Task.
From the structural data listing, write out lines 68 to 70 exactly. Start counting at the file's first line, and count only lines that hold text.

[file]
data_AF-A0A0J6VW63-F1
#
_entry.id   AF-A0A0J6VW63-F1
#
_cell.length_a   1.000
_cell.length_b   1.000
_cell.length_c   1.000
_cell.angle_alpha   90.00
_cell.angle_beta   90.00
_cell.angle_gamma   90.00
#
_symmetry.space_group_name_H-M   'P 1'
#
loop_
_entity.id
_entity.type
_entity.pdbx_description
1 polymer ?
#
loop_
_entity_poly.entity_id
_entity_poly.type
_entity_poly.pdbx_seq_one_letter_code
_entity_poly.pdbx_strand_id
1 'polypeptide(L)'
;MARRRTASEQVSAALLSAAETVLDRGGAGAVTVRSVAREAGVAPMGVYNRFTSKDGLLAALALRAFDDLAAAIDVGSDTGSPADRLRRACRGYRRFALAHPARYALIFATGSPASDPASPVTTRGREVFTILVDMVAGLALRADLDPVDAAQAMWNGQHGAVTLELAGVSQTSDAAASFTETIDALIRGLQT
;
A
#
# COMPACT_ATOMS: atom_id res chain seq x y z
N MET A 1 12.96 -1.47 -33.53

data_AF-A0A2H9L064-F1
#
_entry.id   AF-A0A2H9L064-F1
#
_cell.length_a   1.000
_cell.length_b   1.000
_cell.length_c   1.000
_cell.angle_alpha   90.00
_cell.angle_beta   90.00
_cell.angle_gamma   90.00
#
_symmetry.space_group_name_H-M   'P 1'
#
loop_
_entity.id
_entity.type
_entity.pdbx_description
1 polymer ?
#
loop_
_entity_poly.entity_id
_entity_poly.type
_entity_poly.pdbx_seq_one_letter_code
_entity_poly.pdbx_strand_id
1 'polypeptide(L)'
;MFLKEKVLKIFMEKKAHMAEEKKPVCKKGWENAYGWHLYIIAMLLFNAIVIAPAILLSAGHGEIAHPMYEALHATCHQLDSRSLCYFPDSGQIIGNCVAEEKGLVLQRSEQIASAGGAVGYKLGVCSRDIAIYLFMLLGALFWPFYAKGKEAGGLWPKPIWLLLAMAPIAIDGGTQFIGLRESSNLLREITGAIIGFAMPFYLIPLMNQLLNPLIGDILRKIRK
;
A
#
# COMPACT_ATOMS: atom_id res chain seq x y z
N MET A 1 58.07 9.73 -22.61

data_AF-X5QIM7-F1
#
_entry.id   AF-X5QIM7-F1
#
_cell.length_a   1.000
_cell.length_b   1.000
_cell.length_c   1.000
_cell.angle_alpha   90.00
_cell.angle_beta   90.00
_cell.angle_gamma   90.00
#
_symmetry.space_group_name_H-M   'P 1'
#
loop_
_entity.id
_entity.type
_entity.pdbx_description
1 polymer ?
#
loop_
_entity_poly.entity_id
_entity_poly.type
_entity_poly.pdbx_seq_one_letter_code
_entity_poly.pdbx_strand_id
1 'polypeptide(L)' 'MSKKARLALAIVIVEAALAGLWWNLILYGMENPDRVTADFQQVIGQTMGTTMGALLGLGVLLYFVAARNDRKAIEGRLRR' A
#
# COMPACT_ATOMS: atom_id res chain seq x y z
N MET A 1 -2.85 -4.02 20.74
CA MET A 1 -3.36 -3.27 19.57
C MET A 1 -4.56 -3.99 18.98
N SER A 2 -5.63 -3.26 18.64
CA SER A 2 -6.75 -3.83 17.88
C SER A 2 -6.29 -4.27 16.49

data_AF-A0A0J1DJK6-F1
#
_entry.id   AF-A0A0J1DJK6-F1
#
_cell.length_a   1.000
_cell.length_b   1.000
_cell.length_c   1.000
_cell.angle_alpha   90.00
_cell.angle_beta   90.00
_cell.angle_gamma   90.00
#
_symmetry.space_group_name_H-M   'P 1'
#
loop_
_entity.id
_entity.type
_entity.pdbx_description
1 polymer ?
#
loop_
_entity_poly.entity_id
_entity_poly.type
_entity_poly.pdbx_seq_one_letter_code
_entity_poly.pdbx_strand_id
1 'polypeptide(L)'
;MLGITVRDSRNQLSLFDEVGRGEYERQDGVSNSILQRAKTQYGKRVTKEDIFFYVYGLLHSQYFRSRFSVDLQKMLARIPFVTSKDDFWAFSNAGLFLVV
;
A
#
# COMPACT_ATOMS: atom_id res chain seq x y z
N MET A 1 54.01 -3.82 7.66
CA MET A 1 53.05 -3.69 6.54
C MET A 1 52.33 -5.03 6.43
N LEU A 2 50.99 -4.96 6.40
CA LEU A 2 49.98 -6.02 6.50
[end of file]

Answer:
_cell.length_b   1.000
_cell.length_c   1.000
_cell.angle_alpha   90.00